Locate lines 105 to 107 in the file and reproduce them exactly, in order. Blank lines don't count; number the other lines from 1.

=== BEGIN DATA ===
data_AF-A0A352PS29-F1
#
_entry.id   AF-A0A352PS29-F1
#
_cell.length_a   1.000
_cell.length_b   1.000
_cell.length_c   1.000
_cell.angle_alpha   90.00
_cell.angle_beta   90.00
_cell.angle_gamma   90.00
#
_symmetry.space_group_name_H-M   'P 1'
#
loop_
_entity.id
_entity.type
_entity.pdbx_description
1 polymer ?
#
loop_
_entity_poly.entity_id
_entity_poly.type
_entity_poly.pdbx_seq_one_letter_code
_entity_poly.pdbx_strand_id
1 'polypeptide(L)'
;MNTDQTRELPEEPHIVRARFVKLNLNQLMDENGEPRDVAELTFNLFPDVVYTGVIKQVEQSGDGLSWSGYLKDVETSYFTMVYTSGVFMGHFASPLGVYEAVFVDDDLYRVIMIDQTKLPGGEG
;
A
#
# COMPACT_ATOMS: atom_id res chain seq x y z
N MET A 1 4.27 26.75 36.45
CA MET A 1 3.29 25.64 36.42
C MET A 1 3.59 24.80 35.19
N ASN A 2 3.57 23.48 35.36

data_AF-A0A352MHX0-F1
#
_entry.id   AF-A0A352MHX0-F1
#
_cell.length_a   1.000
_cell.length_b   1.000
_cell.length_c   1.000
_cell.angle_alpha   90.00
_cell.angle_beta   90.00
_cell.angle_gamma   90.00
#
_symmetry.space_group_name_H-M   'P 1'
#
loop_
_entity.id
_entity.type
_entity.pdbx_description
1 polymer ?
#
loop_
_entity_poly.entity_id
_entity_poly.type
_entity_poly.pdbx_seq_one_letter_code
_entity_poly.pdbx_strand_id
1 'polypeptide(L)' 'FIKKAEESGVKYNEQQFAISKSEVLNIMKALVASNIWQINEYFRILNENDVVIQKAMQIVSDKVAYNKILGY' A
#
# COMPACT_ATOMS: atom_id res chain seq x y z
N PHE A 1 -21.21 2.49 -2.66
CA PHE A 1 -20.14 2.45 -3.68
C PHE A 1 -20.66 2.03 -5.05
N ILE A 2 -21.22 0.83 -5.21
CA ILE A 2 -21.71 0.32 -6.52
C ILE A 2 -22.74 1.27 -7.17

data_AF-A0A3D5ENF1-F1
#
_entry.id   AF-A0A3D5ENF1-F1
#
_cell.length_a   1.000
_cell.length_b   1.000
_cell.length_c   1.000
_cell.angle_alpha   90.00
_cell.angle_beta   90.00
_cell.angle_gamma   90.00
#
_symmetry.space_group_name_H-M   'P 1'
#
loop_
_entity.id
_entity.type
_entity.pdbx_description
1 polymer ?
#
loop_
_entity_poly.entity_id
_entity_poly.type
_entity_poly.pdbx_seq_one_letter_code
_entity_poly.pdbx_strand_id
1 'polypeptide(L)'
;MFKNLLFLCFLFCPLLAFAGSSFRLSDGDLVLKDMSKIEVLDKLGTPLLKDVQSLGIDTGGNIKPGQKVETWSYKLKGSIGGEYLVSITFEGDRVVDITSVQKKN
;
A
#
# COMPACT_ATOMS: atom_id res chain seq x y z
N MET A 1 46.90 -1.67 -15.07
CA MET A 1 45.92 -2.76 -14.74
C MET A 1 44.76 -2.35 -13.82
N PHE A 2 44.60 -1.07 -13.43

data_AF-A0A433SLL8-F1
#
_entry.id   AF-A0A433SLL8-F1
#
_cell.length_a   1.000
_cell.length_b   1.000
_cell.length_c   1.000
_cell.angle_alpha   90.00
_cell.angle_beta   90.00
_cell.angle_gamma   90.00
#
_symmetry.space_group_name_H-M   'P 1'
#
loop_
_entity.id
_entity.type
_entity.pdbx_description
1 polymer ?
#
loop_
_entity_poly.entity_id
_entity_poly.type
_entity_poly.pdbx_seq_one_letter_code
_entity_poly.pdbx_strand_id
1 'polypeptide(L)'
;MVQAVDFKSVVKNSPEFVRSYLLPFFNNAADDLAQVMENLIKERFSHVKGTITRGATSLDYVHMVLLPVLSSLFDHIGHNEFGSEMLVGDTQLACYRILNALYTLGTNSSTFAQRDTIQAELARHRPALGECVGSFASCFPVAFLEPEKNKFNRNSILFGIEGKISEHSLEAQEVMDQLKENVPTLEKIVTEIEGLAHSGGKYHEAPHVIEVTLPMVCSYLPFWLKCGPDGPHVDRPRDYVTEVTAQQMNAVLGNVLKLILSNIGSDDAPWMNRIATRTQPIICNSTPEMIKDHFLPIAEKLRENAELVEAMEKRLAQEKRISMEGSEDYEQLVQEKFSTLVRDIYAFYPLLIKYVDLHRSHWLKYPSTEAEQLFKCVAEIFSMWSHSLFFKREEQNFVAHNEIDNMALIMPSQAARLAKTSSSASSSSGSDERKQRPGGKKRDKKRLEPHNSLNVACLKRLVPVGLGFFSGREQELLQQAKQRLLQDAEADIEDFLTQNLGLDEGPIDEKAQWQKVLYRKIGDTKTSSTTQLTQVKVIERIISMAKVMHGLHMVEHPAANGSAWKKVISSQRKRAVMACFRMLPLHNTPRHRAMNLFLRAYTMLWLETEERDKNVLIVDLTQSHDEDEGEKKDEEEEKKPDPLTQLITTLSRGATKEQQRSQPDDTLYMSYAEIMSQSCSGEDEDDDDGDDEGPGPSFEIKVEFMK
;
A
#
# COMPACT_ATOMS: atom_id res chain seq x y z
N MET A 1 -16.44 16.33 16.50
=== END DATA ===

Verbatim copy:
#
_cell.length_a   1.000
_cell.length_b   1.000